Monday, August 15, 2011


I’m ending my hiatus and getting back in the blogging saddle. I was traveling for a few weeks, and catching up for a few weeks. During my travels, I was fortunate to avoid the political drama (and media frenzy) surrounding the debt-ceiling debate. While catching up, I couldn’t avoid the media frenzy (or political drama).

We all know the ultimate outcome of the debate: an agreement to lift the debt ceiling by approximately $2 trillion in three steps, conditioned on "deficit savings" of a similar amount. A good summary of legislation (the "Budget Control Act of 2011") is available here.

The first two steps will increase the debt ceiling by approximately $900 billion. The third step will increase the debt ceiling by another $1.2-$1.5 trillion, depending on the outcome of budget negotiations within a Congressional fiscal-reform “SuperCommittee.” Democrats and Republicans will each appoint six members to the SuperCommittee, and the twelve members of Congress will negotiate a mix of spending cuts and revenue increases that are intended to exceed the amount of the debt-ceiling increase. If the SuperCommittee is unable to agree on a mix of cuts and revenue increases, automatic spending cuts will take effect.

The ratings agency S&P is not sanguine that the SuperCommittee will take credible steps towards “fiscal consolidation” in the existing political climate. On Friday, August 5, S&P downgraded the credit rating of U.S. Treasuries from AAA to AA+ (with a negative outlook). The Downgrade and other economic factors traumatized the financial markets last week. Ironically, investors dumped stocks in favor of U.S. Treasuries as a “safe haven” investment. Go figure.

Reactions to the Downgrade were mixed. The Obama administration challenged the credibility of the Downgrade, arguing that S&P’s assumptions were flawed. (An important factor motivating the Downgrade is the spectacularly polarized relationship between Democrats and Republicans, and the resulting dysfunction on Capitol Hill.) Conspiracy theorists speculated that S&P was attempting to establish its objectivity, and thus salvage its reputation in Europe, where it has begun losing market share after downgrades of European sovereigns.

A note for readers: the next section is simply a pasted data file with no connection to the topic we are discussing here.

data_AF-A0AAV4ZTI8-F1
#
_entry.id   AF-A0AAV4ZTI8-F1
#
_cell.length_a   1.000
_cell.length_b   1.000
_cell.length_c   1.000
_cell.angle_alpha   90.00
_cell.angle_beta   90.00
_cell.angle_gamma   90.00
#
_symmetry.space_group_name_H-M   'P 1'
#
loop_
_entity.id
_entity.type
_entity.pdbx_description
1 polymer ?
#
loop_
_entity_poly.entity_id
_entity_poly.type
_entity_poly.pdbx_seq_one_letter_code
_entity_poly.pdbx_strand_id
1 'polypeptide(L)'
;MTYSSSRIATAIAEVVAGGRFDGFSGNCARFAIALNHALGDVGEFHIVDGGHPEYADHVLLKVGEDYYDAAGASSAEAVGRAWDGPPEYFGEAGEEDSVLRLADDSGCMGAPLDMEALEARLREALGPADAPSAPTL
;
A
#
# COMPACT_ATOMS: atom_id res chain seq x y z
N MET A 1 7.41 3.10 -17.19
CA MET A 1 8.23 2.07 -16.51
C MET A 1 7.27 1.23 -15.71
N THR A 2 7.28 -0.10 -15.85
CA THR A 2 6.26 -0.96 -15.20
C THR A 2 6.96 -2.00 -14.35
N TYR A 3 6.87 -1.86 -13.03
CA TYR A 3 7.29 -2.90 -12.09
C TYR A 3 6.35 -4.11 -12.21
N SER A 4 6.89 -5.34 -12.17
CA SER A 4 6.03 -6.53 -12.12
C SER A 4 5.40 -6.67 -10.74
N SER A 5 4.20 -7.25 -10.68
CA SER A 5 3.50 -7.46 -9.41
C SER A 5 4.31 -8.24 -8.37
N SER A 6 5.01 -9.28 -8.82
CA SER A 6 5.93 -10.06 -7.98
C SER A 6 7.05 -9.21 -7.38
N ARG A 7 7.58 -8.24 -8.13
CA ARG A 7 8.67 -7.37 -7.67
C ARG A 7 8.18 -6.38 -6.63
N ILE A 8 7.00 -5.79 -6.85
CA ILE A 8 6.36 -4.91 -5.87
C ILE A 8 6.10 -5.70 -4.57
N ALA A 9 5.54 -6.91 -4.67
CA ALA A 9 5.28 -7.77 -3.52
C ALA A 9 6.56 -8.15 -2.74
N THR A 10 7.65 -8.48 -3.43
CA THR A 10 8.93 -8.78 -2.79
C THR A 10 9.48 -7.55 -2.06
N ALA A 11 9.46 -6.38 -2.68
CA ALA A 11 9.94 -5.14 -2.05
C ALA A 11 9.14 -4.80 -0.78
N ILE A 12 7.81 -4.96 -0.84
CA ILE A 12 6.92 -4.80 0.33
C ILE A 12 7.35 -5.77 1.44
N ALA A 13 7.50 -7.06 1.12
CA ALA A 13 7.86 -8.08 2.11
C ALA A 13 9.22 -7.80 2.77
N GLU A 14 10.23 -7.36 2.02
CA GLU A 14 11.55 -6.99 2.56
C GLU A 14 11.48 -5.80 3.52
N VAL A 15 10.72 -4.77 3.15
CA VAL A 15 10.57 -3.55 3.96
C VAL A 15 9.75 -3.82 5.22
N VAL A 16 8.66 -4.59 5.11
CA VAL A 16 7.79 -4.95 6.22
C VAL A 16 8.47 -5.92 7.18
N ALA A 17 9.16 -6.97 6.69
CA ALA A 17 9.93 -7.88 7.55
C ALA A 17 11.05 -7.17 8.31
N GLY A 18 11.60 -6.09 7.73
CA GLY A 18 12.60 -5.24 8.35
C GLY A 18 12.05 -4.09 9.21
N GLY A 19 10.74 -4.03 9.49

The majority view ranged from indifference to resignation to mild optimism. For most political and market observers, the Downgrade was neither a surprise (S&P telegraphed it in mid-July), nor a harbinger of doom (as noted, investors fled to U.S. Treasuries after the downgrade). Most observers viewed the Downgrade as an official wake-up call.

In my view, the Downgrade was several years late. We’ve always known that entitlement spending was unsustainable in the long run; and the gap between projected revenues and expenditures has been exacerbated by the Great Recession. We collectively borrowed too much to fuel a decades-long binge on consumption and government transfer payments. The resulting economic bubble has burst with devastating consequences; the aging Baby Boom population will become an immense strain on federal and state budgets in the next decade; and our flabby industrial sector faces ruthless competition from emerging-market economies. We are facing the abyss, and our political leaders have been slow to acknowledge the severity of our fiscal imbalance. Everyone deserves a share of the blame: Democrats; Republicans; and a voting public that rewards incompetence with re-election.

Can the new SuperCommittee take baby steps towards fiscal sustainability? During the last year, two bipartisan committees produced serious recommendations to address our nation’s long-term fiscal imbalance (see here and here). I’m hopeful, although not optimistic, that the SuperCommittee will build upon some of those recommendations.

If I had to wager, I’d put my money on “politics as usual,” with Democrats (and many Republicans) opposing sensible entitlement reforms, and Republicans (and many Democrats) opposing sensible reforms to tax expenditures. The Obama administration ignored the recommendations of its own budget-reform committee, which speaks volumes about its commitment to tackle the fiscal crisis. More disturbingly, President Obama takes every opportunity to poison the well, by obsessing publicly over tax breaks to “millionaires and billionaires,” defining “millionaires and billionaires” as “households earning more than $250,000.” But that’s a post for another day.

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